Of course, not all bloggers do that.  Many repeat what others are already saying without putting their own spin on things.

But you can train yourself to find that unique perspective.  Ask yourself:

  • What is being missed by everyone else?
  • Can something be added or subtracted from everyone else’s opinion to make it new?
  • Is there a bigger or smaller detail that others are failing to notice?
  • Could a different approach to this topic come up with something different?

It helps to think of it this way: writing a haiku is like looking through the lens of a camera.  You can zoom the lens in or out as much as you need to, as long as you eventually find details in the photo that make your perspective unique and new.  It can be a small, important detail or something much bigger.  But it has to be something your camera sees that no other camera has caught before.

Blog posts are a lot like that.  What you write is the lens and the way you approach the topic is the angle of the camera.  Put the two together in an original and interesting way and you have the beginning of a great blog post.

If you were to look back over the past two centuries and explore the millions of haikus that have been written, you would find that the number of perspectives and moments they capture are endless.  The same is also true for blog posts.  And it should be.  After all, you’re working with a lot more words.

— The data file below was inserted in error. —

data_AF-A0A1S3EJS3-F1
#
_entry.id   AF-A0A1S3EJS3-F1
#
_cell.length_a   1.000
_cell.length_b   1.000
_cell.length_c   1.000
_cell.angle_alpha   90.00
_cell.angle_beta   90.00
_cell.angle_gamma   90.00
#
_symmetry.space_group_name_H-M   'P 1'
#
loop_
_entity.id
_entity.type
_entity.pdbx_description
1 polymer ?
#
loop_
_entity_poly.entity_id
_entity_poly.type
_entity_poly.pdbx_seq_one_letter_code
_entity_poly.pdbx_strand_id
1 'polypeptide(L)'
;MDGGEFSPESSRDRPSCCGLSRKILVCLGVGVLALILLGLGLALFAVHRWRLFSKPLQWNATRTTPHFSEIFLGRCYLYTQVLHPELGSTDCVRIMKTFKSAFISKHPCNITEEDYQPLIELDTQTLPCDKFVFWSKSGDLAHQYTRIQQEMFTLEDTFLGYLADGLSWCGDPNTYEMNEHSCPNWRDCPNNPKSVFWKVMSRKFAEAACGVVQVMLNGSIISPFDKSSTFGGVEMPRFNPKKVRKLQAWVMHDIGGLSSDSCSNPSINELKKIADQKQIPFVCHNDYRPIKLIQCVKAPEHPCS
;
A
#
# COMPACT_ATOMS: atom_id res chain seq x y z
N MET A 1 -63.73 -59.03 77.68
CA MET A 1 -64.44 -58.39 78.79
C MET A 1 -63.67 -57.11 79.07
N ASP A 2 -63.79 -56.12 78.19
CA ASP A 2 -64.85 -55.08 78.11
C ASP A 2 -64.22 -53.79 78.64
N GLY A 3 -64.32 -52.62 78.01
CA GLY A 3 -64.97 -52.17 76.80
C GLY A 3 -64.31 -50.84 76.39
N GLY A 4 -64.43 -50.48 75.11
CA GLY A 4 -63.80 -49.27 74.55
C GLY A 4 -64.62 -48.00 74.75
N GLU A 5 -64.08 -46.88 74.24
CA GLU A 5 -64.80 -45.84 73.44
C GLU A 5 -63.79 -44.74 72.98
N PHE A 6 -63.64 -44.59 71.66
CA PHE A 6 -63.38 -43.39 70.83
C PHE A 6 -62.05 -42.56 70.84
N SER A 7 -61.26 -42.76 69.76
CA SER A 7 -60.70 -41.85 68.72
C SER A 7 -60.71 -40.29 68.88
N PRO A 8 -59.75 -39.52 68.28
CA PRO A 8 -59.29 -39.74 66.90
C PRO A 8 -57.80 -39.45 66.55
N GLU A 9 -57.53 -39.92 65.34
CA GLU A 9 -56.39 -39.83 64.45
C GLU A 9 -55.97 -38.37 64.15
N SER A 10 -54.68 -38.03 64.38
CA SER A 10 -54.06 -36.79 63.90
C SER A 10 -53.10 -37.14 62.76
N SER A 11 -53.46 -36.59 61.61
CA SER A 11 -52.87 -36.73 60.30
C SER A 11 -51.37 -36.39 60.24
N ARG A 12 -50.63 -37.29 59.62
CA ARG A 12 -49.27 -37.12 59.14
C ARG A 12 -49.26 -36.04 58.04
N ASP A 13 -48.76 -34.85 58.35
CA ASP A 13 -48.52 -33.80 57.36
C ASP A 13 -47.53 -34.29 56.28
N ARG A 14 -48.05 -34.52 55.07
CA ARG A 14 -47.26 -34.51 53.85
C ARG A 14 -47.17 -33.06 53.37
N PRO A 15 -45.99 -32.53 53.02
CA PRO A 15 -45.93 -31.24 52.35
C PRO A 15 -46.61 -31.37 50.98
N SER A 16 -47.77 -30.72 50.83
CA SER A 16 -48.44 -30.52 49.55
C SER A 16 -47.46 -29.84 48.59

Has poetry or literature influenced your blog post writing? Share your unique perspective in the comments.

Steve is the writer behind Do Something Cool where he blogs about travel, motivation, personal growth and adventure.  He’s always looking for ways to make life more interesting.  Get tips on living life to the fullest through his Facebook fan page and Twitter.

Highlights from ProBlogger Event 2012

Last weekend, over 300 bloggers converged at Etihad stadium in Melbourne to attend the annual ProBlogger event.

Image by Marija Ivkovic

We had dreamed a lot bigger this year. This was the first year that we held the event over two days. It was the first year we had two different “streams” of content, and the first time we uploaded the presentations shortly after the sessions had finished for virtual attendees.

I think it was pretty successful. People loved how many different niches were represented—we had speakers from travel, cartooning, business, food, photography, fashion, parenting, and more. People also enjoyed having direct access to the team that has helped me grow my business revenue over the past two years.

From little things big things grow

This turned out to be the accidental theme of the two days. I started my keynote on Friday by telling the audience about my early experiences as a blogger—including the story of my now defunct printer blog (which I had no passion for … and as a result couldn’t sustain)!

I think the attendees appreciated hearing from people at different levels of success in their blog. We heard from bloggers who were focused on building a part-time business around other responsibilities. We also heard from bloggers who had enjoyed a lot of success within two or three years of starting their blog.

I think Elle Roberts said it best:

It is okay to shift, change, and maybe even completely flip your direction. You need to give yourself permission to stay true to who you are what you want today and stop holding on to what you wanted when you started your business.